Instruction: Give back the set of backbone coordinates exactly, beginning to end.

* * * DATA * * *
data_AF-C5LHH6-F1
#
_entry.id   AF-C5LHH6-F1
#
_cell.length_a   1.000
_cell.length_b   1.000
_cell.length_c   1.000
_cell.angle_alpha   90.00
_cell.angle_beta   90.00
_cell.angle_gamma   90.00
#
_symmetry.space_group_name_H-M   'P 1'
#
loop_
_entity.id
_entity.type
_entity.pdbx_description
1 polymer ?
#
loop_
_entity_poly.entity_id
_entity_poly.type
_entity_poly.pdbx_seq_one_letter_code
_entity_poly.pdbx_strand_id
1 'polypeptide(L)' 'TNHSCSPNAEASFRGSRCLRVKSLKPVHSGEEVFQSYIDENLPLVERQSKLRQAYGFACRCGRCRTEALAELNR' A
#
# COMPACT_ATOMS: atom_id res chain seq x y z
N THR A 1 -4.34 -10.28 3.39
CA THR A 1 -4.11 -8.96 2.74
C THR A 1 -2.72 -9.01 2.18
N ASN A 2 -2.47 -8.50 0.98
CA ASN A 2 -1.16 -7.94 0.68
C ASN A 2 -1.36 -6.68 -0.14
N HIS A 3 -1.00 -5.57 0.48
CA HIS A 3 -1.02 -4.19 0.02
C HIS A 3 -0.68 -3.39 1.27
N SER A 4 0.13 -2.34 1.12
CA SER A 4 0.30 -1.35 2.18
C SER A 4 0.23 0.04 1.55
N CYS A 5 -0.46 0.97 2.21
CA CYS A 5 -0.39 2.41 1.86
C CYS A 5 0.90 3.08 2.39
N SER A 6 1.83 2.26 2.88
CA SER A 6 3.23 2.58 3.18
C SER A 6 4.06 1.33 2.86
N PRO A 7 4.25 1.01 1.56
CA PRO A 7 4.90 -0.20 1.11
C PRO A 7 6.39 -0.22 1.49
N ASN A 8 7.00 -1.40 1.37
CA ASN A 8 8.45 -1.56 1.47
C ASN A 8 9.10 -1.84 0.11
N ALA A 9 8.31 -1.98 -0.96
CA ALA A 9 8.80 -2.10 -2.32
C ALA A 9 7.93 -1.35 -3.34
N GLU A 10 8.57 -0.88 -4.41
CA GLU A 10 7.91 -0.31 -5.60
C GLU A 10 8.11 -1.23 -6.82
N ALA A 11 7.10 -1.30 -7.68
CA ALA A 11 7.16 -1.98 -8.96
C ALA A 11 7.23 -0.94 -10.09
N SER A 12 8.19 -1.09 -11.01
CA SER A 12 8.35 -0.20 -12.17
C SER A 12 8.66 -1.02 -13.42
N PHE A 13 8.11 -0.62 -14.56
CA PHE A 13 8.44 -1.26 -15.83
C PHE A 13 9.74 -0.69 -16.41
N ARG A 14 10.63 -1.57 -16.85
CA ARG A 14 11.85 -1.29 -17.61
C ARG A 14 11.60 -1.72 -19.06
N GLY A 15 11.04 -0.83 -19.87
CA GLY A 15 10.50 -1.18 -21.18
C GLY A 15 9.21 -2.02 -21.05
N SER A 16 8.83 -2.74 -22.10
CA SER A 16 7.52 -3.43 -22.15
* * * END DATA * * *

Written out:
data_AF-C5LHH6-F1
#
_entry.id   AF-C5LHH6-F1
#
_cell.length_a   1.000
_cell.length_b   1.000
_cell.length_c   1.000
_cell.angle_alpha   90.00
_cell.angle_beta   90.00
_cell.angle_gamma   90.00
#
_symmetry.space_group_name_H-M   'P 1'
#
loop_
_entity.id
_entity.type
_entity.pdbx_description
1 polymer ?
#
loop_
_entity_poly.entity_id
_entity_poly.type
_entity_poly.pdbx_seq_one_letter_code
_entity_poly.pdbx_strand_id
1 'polypeptide(L)' 'TNHSCSPNAEASFRGSRCLRVKSLKPVHSGEEVFQSYIDENLPLVERQSKLRQAYGFACRCGRCRTEALAELNR' A
#
# COMPACT_ATOMS: atom_id res chain seq x y z
N THR A 1 -4.34 -10.28 3.39
CA THR A 1 -4.11 -8.96 2.74
C THR A 1 -2.72 -9.01 2.18
N ASN A 2 -2.47 -8.50 0.98
CA ASN A 2 -1.16 -7.94 0.68
C ASN A 2 -1.36 -6.68 -0.14
N HIS A 3 -1.00 -5.57 0.48
CA HIS A 3 -1.02 -4.19 0.02
C HIS A 3 -0.68 -3.39 1.27
N SER A 4 0.13 -2.34 1.12
CA SER A 4 0.30 -1.35 2.18
C SER A 4 0.23 0.04 1.55
N CYS A 5 -0.46 0.97 2.21
CA CYS A 5 -0.39 2.41 1.86
C CYS A 5 0.90 3.08 2.39
N SER A 6 1.83 2.26 2.88
CA SER A 6 3.23 2.58 3.18
C SER A 6 4.06 1.33 2.86
N PRO A 7 4.25 1.01 1.56
CA PRO A 7 4.90 -0.20 1.11
C PRO A 7 6.39 -0.22 1.49
N ASN A 8 7.00 -1.40 1.37
CA ASN A 8 8.45 -1.56 1.47
C ASN A 8 9.10 -1.84 0.11
N ALA A 9 8.31 -1.98 -0.96
CA ALA A 9 8.80 -2.10 -2.32
C ALA A 9 7.93 -1.35 -3.34
N GLU A 10 8.57 -0.88 -4.41
CA GLU A 10 7.91 -0.31 -5.60
C GLU A 10 8.11 -1.23 -6.82
N ALA A 11 7.10 -1.30 -7.68
CA ALA A 11 7.16 -1.98 -8.96
C ALA A 11 7.23 -0.94 -10.09
N SER A 12 8.19 -1.09 -11.01
CA SER A 12 8.35 -0.20 -12.17
C SER A 12 8.66 -1.02 -13.42
N PHE A 13 8.11 -0.62 -14.56
CA PHE A 13 8.44 -1.26 -15.83
C PHE A 13 9.74 -0.69 -16.41
N ARG A 14 10.63 -1.57 -16.85
CA ARG A 14 11.85 -1.29 -17.61
C ARG A 14 11.60 -1.72 -19.06
N GLY A 15 11.04 -0.83 -19.87
CA GLY A 15 10.50 -1.18 -21.18
C GLY A 15 9.21 -2.02 -21.05
N SER A 16 8.83 -2.74 -22.10
CA SER A 16 7.52 -3.43 -22.15